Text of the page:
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Endocannabinoid system in psychotic and mood disorders: A review of human studies.

Authors
  • Garani, Ranjini1
  • Watts, Jeremy J1
  • Mizrahi, Romina2
  • 1 Research Imaging Centre, Centre for Addiction and Mental Health, 250 College St., Toronto, Ontario M5T 1R8, Canada; Department of Pharmacology and Toxicology, Faculty of Medicine, University of Toronto, 1 King's College Circle, Toronto, Ontario M5S 1A8, Canada. , (Canada)
  • 2 Research Imaging Centre, Centre for Addiction and Mental Health, 250 College St., Toronto, Ontario M5T 1R8, Canada; Department of Pharmacology and Toxicology, Faculty of Medicine, University of Toronto, 1 King's College Circle, Toronto, Ontario M5S 1A8, Canada; Department of Psychiatry, University of Toronto, 250 College St., Toronto, Ontario M5T 1R8, Canada; Centre for Addiction and Mental Health, Campbell Family Mental Health Research Institute, 250 College St, Toronto, Ontario M5T 1R8, Canada. Electronic address: [email protected] , (Canada)
Type
Published Article
Journal
Progress in neuro-psychopharmacology & biological psychiatry
Publication Date
Sep 05, 2020
Pages
110096–110096
Identifiers
DOI: 10.1016/j.pnpbp.2020.110096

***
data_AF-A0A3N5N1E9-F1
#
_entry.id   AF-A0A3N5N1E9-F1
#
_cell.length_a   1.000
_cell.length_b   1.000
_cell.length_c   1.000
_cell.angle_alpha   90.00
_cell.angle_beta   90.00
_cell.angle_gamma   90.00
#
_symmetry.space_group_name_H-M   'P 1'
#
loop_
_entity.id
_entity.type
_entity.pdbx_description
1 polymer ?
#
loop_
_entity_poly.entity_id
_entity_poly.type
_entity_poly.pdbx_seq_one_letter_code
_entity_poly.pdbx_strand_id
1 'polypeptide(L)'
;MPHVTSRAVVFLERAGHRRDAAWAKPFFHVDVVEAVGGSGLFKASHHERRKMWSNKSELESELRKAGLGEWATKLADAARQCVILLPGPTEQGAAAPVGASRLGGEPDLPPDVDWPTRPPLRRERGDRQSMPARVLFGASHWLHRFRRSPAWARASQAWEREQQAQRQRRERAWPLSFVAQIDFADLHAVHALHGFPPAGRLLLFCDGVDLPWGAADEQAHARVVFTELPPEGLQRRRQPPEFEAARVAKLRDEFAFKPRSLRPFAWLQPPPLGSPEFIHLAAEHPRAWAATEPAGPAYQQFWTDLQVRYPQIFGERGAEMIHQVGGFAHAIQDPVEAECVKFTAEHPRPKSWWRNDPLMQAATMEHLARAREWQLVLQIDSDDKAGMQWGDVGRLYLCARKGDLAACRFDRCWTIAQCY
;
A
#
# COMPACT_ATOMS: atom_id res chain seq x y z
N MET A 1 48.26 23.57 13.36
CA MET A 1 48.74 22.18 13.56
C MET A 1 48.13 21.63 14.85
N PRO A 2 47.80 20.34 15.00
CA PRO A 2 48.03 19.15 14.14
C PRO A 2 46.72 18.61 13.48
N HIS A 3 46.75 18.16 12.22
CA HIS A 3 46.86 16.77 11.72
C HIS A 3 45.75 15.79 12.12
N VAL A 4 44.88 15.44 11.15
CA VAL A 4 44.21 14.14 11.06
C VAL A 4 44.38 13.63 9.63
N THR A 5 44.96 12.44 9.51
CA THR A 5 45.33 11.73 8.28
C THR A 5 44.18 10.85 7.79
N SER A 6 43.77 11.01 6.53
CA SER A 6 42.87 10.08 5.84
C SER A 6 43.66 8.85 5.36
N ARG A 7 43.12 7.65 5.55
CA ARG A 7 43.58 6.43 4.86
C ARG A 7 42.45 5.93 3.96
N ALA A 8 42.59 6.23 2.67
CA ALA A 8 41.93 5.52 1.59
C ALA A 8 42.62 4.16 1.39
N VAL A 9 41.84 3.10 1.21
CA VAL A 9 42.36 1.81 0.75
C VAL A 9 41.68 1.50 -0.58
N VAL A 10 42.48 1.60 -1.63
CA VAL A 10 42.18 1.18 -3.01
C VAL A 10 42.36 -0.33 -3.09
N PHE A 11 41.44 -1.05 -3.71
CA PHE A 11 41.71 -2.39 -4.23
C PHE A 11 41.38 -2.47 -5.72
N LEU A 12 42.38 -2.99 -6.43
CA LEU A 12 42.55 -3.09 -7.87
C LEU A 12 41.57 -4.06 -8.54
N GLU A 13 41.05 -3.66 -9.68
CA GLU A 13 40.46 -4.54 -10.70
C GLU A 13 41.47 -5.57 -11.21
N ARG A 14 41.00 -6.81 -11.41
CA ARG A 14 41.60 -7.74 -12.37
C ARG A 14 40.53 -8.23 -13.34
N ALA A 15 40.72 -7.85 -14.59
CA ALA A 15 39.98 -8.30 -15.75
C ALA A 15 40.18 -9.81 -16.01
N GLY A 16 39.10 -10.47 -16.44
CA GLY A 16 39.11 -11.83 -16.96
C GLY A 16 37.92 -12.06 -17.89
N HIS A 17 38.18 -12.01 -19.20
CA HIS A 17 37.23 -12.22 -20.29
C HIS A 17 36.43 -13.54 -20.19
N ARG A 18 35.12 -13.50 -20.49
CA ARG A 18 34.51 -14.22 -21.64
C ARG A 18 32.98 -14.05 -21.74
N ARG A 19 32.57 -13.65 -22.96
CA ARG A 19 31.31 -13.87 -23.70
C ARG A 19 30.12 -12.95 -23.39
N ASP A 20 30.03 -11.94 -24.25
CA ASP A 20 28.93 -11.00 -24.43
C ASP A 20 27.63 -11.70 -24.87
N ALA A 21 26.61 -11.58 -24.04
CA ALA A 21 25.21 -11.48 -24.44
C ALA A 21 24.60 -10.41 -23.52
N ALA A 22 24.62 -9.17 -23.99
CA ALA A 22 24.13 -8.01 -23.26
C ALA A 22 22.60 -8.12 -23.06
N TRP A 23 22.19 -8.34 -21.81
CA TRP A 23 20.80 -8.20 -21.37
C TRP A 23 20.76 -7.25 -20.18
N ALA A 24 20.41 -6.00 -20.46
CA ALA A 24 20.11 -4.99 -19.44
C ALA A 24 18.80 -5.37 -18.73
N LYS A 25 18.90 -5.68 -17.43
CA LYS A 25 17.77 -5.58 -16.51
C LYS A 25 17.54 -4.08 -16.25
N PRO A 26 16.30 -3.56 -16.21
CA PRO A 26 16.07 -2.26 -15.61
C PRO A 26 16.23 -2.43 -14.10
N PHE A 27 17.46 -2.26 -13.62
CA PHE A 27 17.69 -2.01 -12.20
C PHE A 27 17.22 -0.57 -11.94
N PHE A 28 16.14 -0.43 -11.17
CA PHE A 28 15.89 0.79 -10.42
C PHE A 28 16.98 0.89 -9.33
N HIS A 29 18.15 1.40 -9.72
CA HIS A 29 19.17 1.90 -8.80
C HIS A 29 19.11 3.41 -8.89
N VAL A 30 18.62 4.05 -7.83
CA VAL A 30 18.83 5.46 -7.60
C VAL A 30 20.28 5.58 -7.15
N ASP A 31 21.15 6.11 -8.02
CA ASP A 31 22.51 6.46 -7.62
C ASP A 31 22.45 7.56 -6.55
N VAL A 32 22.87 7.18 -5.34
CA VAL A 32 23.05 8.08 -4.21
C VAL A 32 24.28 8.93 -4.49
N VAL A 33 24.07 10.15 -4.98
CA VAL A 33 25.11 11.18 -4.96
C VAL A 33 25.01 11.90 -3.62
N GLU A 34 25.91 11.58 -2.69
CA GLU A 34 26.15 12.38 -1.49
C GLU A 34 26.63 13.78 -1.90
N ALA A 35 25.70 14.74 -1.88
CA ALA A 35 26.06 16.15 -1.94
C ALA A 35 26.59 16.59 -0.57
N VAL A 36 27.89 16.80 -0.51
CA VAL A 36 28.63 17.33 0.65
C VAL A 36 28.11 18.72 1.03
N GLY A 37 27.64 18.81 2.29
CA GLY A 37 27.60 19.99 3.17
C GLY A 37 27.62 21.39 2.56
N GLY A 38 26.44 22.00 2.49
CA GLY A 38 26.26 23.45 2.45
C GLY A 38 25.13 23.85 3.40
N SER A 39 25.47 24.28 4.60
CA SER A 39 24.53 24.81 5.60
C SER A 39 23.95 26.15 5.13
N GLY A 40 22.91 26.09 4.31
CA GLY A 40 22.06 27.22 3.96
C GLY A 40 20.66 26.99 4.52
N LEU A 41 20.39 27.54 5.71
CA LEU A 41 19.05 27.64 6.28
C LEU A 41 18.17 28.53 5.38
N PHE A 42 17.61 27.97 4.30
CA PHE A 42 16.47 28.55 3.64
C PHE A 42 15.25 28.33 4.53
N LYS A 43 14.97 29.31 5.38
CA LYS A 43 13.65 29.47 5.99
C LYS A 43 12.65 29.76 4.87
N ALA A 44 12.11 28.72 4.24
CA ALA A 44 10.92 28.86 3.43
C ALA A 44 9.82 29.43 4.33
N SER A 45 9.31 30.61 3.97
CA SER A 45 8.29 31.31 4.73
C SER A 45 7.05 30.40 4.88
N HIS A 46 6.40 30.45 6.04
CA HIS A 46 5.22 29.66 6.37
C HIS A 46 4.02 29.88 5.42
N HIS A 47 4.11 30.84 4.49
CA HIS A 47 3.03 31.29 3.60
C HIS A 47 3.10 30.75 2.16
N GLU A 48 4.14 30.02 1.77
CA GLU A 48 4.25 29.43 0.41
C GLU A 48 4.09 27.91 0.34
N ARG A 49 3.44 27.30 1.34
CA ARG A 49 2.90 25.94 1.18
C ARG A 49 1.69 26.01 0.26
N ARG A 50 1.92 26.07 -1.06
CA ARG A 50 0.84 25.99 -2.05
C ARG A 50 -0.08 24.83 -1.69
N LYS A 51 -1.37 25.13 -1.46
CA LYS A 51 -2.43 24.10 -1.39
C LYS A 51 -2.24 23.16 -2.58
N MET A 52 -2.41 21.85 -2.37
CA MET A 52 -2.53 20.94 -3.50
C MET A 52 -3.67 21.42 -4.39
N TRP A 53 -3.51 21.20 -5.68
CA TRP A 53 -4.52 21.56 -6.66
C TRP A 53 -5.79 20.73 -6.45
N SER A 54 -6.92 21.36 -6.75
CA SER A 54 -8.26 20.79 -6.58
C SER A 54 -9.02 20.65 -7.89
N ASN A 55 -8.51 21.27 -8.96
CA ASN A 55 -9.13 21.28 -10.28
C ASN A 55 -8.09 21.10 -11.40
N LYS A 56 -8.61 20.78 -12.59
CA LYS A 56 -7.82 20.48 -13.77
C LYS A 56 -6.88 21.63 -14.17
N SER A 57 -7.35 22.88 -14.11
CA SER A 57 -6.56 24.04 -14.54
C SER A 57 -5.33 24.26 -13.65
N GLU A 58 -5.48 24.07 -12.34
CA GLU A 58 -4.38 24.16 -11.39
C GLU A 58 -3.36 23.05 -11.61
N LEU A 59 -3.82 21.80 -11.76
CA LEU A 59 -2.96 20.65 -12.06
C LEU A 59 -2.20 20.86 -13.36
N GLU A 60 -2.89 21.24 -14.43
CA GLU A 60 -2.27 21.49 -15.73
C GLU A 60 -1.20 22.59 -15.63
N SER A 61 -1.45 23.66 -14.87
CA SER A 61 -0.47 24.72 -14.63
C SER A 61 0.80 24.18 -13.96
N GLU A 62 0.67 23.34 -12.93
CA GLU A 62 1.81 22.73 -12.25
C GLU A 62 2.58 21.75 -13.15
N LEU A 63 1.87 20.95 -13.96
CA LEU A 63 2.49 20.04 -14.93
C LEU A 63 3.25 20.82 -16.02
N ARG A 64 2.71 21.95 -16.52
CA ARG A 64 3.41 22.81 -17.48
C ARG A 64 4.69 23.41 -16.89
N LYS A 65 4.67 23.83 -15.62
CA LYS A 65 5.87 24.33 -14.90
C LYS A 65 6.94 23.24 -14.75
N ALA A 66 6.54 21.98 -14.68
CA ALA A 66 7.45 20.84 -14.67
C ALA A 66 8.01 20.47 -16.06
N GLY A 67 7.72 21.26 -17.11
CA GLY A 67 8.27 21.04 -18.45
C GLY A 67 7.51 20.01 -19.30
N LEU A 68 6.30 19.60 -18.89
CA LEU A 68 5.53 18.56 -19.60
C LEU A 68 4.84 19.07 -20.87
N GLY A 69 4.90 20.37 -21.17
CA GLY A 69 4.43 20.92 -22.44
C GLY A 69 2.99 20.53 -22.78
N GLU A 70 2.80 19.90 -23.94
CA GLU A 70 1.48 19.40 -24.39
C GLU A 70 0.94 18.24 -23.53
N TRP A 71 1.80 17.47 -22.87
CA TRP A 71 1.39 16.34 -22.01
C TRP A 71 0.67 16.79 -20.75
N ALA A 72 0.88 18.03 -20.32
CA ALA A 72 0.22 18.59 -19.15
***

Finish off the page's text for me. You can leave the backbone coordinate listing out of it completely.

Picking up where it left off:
PMID: 32898588
Source
Medline
Keywords
Language
English
License
Unknown

Abstract

Despite widespread evidence of endocannabinoid system involvement in the pathophysiology of psychiatric disorders, our understanding remains rudimentary. Here we review studies of the endocannabinoid system in humans with psychotic and mood disorders. Postmortem, peripheral, cerebrospinal fluid and in vivo imaging studies provide evidence for the role of the endocannabinoid system in both psychotic and mood disorders. Psychotic disorders and major depressive disorder exhibit alterations of brain cannabinoid CB1 receptors and peripheral blood endocannabinoids. Further, these changes may be sensitive to treatment status, disease state, and symptom severity. Evidence from psychotic disorder extend to endocannabinoid metabolizing enzymes in the brain and periphery, whereas these lines of evidence remain poorly developed in mood disorders. A lack of studies examining this system in bipolar disorder represents a notable gap in the literature. Despite a growing body of productive work in this field of research, there is a clear need for investigation beyond the CB1 receptor in order to more fully elucidate the role of the endocannabinoid system in psychotic and mood disorders. Copyright © 2020. Published by Elsevier Inc.

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